Businesses should talk with lenders about COVID-19 relief loans, says Billings banker

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Posted at 4:52 PM, Apr 10, 2020
and last updated 2020-04-10 19:52:00-04

Independent contractors and self-employed individuals can apply for loans as of Friday under the Small Business Administration's Paycheck Protection Program (PPP).

It's all part of the $2 trillion CARES ACT, passed by Congress to help the country rebound from the coronavirus pandemic.

The loans are proving to be so popular the SBA has been buried in applications, delaying the entire process. On Capitol Hill, the ranking member of the Senate Finance Committee, Democrat Ron Wyden of Oregon, described it as "a bureaucratic train wreck."

Billings banker Mike Seppala says in this case, the SBA is writing the rules as they go.

"In 2008, they came out with a disaster program. It took them about seven months to come up with the rules on that, and they wrote these rules in a week," said Seppala, the president of Western Security Bank. "That's why it keeps changing, but they've actually done a pretty good job of getting the information out. It's put a lot of pressure on the banks, but the banks, especially the community banks, have risen to the challenge."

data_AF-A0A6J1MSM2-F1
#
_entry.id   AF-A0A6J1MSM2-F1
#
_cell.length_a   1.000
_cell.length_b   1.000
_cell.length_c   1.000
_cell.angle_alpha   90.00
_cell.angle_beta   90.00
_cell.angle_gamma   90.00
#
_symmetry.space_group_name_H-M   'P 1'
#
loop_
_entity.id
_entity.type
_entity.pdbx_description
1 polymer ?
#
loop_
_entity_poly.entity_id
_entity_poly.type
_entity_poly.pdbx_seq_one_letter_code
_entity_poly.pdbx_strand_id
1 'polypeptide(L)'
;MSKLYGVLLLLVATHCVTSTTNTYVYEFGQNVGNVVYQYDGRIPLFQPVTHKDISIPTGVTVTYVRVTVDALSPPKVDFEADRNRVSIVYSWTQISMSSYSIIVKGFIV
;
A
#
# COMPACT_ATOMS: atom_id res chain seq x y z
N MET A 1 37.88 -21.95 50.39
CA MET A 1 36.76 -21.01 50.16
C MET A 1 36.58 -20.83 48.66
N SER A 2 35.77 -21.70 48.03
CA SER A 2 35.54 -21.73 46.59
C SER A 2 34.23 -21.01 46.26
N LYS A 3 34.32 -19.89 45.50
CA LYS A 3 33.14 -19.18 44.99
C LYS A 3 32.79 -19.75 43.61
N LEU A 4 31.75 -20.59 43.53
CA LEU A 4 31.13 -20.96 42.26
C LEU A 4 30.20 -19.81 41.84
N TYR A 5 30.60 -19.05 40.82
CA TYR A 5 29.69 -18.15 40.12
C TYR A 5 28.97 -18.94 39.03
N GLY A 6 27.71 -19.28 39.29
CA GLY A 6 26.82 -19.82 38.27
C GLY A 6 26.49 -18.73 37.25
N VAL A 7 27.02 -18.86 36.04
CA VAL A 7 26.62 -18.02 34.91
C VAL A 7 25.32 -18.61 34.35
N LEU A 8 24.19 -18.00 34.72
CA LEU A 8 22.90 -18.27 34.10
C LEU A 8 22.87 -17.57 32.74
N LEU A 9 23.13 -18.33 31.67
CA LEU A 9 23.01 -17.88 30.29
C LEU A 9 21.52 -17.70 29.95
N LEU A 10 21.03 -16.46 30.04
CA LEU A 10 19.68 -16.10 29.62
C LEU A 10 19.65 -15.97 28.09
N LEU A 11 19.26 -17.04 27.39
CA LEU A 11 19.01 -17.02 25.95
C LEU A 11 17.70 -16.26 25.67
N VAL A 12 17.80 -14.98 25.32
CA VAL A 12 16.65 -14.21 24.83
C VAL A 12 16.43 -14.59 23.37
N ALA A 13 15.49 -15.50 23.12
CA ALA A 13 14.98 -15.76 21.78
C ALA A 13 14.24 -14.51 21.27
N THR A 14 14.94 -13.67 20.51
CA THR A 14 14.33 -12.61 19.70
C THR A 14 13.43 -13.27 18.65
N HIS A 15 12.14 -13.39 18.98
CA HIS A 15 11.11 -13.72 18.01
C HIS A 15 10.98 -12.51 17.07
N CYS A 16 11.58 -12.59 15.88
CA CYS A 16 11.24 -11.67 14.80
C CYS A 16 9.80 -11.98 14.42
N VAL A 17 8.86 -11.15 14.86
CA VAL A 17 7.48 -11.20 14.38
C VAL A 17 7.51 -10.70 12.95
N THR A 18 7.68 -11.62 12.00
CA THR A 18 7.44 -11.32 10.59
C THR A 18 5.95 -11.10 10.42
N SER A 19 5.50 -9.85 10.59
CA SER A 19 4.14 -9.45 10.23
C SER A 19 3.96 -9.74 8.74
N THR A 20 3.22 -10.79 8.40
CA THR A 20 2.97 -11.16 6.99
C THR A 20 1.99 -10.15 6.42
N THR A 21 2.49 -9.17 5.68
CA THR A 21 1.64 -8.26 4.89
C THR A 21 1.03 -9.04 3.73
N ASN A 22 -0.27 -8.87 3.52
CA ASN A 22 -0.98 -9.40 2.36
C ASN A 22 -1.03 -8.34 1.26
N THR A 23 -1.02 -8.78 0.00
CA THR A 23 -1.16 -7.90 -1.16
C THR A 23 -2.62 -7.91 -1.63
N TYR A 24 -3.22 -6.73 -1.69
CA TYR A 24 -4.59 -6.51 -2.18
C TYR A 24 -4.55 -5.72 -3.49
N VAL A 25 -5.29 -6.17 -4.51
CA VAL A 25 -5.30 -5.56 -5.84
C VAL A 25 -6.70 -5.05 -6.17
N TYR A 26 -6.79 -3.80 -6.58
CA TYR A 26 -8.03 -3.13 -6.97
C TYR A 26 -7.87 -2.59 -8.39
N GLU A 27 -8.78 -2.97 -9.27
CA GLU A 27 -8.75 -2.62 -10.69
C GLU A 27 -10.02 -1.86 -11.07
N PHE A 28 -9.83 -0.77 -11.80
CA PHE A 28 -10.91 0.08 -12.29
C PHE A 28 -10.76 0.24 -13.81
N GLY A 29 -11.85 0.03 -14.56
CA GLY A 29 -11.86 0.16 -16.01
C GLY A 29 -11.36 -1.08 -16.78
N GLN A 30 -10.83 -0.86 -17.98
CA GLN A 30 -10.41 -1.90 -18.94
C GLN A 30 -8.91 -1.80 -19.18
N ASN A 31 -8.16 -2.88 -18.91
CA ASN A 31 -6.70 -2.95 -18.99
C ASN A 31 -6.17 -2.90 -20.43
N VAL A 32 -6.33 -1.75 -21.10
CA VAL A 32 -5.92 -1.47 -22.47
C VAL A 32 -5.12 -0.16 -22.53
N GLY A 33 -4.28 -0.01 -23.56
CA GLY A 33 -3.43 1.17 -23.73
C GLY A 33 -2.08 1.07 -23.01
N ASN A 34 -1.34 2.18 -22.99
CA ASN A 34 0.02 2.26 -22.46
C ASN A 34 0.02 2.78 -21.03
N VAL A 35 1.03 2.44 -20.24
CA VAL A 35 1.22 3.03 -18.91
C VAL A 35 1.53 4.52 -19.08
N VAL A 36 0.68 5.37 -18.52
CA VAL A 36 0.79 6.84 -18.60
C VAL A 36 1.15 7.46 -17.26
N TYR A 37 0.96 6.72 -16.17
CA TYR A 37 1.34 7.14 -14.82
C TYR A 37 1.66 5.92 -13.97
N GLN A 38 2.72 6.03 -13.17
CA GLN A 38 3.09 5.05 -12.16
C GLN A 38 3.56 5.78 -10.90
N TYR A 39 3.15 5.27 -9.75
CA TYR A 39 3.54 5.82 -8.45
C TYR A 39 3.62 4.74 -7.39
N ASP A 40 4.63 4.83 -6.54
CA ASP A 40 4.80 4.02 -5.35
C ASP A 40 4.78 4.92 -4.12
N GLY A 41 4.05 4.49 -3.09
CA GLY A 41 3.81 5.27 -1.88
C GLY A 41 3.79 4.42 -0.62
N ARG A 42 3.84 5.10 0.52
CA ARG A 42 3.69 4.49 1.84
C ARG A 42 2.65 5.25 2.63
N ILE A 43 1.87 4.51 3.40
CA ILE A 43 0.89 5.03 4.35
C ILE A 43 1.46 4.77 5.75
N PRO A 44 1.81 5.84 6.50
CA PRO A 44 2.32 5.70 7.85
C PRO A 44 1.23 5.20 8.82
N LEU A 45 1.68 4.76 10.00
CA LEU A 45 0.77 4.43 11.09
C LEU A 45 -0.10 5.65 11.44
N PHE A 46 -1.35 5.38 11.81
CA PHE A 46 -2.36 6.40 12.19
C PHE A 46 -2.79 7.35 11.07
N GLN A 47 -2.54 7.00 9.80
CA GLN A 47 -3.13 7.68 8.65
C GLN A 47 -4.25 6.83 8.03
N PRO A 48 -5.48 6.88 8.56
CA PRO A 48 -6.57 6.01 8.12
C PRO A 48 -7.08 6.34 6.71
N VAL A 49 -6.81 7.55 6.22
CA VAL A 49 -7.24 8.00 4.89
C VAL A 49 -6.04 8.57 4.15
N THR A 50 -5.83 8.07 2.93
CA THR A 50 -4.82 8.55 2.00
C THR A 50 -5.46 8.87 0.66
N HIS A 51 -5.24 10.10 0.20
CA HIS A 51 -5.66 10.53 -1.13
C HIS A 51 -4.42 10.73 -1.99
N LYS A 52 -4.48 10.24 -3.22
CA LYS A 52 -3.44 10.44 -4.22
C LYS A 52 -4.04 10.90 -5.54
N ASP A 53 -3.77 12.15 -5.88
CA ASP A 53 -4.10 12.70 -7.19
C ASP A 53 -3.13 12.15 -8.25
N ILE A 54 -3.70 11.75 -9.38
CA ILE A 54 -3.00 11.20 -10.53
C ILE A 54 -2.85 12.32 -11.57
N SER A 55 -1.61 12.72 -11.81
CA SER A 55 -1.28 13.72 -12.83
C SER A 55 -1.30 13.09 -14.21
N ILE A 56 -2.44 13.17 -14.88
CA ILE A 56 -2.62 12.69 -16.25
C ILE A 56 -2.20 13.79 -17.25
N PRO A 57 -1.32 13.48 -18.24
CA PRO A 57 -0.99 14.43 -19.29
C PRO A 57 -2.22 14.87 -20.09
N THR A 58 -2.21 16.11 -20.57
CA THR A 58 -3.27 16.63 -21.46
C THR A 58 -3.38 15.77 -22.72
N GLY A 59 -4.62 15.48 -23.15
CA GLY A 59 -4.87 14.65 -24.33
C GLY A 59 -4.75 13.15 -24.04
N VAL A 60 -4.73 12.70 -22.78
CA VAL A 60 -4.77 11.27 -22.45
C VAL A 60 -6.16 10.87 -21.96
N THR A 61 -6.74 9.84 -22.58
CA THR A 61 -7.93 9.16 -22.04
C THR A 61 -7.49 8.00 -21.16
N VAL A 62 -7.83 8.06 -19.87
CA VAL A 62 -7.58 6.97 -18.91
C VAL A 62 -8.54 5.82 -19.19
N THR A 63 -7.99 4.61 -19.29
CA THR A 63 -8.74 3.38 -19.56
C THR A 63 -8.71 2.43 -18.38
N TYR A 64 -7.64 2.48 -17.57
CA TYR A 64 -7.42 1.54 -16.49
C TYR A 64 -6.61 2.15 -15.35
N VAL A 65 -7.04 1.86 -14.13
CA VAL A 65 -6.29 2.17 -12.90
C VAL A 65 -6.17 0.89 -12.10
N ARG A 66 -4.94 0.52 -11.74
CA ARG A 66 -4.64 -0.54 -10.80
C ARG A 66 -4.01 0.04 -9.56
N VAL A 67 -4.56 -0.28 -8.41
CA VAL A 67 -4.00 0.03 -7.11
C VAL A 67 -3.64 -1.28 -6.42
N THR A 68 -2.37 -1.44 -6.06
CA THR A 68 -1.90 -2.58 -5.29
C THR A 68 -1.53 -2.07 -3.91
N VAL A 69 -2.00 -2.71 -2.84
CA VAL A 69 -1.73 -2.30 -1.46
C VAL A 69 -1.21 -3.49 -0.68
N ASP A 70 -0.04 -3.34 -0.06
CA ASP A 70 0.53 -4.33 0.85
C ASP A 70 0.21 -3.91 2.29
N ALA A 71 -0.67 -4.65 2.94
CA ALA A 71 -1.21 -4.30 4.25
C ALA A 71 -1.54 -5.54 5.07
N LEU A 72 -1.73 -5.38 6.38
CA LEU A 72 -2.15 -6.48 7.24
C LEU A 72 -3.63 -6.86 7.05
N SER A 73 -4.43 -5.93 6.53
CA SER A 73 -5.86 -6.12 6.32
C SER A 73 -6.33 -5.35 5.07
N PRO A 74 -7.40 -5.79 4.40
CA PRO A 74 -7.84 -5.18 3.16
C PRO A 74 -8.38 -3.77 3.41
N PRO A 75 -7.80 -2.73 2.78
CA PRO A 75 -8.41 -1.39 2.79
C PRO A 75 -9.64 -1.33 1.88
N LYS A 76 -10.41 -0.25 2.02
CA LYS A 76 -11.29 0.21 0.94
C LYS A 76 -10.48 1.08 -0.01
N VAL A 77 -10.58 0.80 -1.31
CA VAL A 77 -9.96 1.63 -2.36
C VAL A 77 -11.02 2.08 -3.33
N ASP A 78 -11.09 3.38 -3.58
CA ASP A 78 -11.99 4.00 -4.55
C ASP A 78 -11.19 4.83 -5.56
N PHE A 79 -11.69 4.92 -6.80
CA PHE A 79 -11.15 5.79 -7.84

The PPP loans can be used to cover payroll costs, rent, and utilities over an eight-week period. For independent contractors, that means wages, commissions, income, or earnings from self-employment.

The loans are processed on a first-come, first-served basis, so Seppala advises any contractor or self-employed individual to visit their local lender and get started with the application process.

"It's been quite the onslaught," Seppala said. "I don't think anyone really anticipated having this many loans being pushed out there. It's still very much a work in progress."

While Seppala acknowledged the process is taking longer than he hoped, his focus remains on getting this money into the hands of employers, who in turn can pay their employees.

"The sooner people can get back to work the better, but first we've got to beat this virus," Seppala said. "We keep hearing glimmers of good news on the virus front, but at the end of the day we've got to beat this thing, and then we can worry about getting back to work. "